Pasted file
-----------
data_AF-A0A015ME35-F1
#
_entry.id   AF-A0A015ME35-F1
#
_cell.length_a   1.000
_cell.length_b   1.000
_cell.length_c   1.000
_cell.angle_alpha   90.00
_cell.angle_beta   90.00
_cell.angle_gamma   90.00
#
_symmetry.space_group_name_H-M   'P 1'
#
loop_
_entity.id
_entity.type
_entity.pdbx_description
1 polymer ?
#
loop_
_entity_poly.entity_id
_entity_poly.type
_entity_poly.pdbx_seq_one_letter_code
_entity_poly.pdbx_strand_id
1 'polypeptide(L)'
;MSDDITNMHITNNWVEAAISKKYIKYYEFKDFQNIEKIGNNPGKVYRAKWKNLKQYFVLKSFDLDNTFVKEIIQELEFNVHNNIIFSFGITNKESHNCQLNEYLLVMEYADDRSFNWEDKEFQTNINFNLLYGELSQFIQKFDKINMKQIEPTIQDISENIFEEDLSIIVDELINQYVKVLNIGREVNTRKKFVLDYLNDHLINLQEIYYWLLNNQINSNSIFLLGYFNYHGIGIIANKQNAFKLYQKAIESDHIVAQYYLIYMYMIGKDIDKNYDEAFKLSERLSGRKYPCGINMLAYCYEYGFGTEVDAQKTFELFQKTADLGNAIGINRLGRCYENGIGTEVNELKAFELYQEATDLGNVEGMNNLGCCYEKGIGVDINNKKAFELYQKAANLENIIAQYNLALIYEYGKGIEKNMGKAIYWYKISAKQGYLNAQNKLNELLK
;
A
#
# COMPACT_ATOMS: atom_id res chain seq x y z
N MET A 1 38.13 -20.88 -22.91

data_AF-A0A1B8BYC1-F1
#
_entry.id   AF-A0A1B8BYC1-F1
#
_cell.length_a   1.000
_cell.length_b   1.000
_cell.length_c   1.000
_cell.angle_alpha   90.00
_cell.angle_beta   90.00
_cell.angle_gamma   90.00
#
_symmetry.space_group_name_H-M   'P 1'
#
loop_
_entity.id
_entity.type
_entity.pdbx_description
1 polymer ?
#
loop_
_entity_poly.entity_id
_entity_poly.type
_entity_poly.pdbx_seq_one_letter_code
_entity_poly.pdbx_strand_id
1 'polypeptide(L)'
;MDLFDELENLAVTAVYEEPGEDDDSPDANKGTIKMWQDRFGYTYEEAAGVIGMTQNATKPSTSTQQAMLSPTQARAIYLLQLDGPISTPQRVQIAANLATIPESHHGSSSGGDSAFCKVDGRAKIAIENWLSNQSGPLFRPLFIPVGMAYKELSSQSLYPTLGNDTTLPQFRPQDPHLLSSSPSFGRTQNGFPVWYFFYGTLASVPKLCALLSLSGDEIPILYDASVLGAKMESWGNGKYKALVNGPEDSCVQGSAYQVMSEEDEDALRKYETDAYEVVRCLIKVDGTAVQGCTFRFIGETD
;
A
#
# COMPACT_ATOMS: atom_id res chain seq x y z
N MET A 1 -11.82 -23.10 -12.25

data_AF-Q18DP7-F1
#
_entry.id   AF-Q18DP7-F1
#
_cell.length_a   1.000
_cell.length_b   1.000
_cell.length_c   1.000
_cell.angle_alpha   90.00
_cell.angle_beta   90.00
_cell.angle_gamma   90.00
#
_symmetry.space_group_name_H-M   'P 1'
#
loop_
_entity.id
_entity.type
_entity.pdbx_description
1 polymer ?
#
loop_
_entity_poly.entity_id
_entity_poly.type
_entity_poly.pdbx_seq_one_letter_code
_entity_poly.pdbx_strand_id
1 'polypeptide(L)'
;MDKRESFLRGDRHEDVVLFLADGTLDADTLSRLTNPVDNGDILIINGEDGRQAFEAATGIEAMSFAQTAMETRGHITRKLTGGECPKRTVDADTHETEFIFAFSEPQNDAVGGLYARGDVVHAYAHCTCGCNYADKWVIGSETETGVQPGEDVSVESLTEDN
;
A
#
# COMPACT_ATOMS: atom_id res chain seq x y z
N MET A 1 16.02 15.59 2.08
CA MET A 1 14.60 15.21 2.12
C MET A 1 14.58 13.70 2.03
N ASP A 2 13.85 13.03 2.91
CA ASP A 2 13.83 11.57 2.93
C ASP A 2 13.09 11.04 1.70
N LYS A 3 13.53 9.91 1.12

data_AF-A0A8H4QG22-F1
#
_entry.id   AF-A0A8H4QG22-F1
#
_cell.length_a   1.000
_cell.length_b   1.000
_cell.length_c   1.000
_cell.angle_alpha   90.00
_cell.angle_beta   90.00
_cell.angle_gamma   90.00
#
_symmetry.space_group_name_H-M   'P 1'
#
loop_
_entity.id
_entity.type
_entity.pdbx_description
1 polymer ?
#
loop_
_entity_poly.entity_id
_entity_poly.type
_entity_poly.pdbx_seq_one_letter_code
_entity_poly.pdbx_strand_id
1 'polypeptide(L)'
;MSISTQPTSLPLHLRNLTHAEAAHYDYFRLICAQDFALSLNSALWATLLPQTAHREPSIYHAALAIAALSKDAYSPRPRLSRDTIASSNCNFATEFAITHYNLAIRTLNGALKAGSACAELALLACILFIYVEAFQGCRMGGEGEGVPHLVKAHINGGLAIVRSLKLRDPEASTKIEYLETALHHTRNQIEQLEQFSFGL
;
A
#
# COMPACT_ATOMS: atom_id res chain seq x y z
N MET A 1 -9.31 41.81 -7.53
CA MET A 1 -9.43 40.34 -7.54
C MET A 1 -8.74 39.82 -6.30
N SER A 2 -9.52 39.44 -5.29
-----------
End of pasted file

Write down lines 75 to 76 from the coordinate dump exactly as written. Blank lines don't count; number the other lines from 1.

#
loop_